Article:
Great question right? But before we get to that, let’s define what a core customer is. Robert Bloom, author of The Inside Advantage, defines it as the customer most likely to buy your product or service in the quantity required for optimal profit! Your WHO is the customer you can’t live without and who will help you be successful into the future.
So, in order to sell more to your core, you need to clearly define who they are and understand their deepest needs, not just their wants.
One thing to consider about your core customer is that he or she is a real person, with wants, needs and fears – not a lifeless profile on paper. Your core customer is alive and is just like you and me – AND has specific reasons, emotions and interests in your product or service.
According to a joint study by Bain and Harvard Business School, “(we) showed that in industry after industry, the high cost of acquiring customers renders many customer relationships unprofitable during their early years. Only in later years, when the cost of serving loyal customers falls and the volume of their purchases rises, do relationships generate big returns. The bottom line: Increasing customer retention rates by 5% increases profits by 25% to 95%.”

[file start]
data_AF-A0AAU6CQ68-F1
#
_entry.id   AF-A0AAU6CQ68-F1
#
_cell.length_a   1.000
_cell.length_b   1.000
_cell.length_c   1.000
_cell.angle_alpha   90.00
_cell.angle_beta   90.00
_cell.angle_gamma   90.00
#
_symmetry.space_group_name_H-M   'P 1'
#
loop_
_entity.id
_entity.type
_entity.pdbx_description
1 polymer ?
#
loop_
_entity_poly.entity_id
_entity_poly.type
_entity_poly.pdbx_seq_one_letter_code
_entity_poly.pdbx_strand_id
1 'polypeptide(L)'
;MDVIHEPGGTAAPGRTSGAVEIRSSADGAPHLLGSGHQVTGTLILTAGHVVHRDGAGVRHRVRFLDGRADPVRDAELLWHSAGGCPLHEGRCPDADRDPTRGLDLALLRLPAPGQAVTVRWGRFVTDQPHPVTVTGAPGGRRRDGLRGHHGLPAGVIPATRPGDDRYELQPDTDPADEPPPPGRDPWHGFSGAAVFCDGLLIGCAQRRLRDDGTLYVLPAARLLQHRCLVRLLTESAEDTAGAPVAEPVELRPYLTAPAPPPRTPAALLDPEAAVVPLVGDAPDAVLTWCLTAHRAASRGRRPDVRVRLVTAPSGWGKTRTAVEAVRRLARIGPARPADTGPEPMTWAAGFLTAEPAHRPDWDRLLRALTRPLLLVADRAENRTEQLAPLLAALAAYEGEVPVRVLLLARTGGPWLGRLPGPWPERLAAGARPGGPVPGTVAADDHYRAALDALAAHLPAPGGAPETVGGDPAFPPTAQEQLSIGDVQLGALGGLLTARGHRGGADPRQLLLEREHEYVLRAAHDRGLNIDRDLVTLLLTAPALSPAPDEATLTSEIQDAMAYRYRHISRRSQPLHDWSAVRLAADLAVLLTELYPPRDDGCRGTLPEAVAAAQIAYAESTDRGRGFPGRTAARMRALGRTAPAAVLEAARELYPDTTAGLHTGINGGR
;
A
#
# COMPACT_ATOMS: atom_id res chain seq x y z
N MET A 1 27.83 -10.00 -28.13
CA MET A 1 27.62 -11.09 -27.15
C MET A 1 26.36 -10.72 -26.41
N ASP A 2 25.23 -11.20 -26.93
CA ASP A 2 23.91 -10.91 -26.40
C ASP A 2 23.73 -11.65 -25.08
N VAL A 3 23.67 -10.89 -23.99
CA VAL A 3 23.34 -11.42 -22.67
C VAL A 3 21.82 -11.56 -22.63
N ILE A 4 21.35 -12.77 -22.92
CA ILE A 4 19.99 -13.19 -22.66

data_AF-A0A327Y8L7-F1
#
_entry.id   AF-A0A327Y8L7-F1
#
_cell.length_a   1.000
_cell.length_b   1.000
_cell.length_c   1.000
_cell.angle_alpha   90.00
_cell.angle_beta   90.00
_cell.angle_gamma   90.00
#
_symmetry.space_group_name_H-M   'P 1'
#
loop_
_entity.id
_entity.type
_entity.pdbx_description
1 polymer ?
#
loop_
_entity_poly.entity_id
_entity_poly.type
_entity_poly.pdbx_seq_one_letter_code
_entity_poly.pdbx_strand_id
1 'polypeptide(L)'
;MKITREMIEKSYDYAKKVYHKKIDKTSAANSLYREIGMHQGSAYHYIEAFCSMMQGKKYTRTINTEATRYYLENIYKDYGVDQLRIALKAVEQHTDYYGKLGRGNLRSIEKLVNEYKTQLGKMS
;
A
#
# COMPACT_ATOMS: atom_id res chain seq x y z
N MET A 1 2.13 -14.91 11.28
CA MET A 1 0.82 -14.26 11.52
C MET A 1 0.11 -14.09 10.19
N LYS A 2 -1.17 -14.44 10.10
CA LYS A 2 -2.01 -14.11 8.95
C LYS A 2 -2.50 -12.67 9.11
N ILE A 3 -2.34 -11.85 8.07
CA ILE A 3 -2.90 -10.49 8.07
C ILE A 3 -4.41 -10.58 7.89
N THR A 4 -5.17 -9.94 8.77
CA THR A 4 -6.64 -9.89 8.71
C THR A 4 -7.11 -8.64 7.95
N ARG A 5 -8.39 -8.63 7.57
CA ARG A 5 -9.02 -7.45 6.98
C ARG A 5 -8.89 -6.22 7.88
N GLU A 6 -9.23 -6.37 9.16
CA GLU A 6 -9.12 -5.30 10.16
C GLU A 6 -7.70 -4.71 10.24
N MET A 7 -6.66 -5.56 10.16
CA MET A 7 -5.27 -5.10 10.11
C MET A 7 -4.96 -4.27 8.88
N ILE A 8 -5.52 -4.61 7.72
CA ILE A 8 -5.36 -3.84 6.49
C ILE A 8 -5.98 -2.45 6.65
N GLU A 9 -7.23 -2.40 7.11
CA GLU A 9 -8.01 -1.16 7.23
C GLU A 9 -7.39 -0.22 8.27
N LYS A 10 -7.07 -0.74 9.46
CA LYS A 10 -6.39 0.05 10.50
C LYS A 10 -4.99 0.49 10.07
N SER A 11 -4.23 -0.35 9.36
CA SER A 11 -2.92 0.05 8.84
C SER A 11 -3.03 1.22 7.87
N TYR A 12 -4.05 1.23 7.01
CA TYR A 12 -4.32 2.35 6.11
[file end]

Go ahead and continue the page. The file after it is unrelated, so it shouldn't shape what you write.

One of the things I have to do as a business consultant is to be a great listener. This is a key leadership and communication skill for anyone. Sometimes effective listening can be a challenge because, like most people, I can fall into the trap of thinking about my response and how I would like to help the individual with whom I am communicating. One of my pet peeves has always been that many people begin developing their response as soon as the other person starts speaking rather than truly listening to the message spoken to them. As I was going through some information this weekend, I came across a great one-page paper on four steps to effective listening, a key tenet of developing accountable leaders and teams. Permission was given to use the information as freely as possible and so I am sharing the main points with you.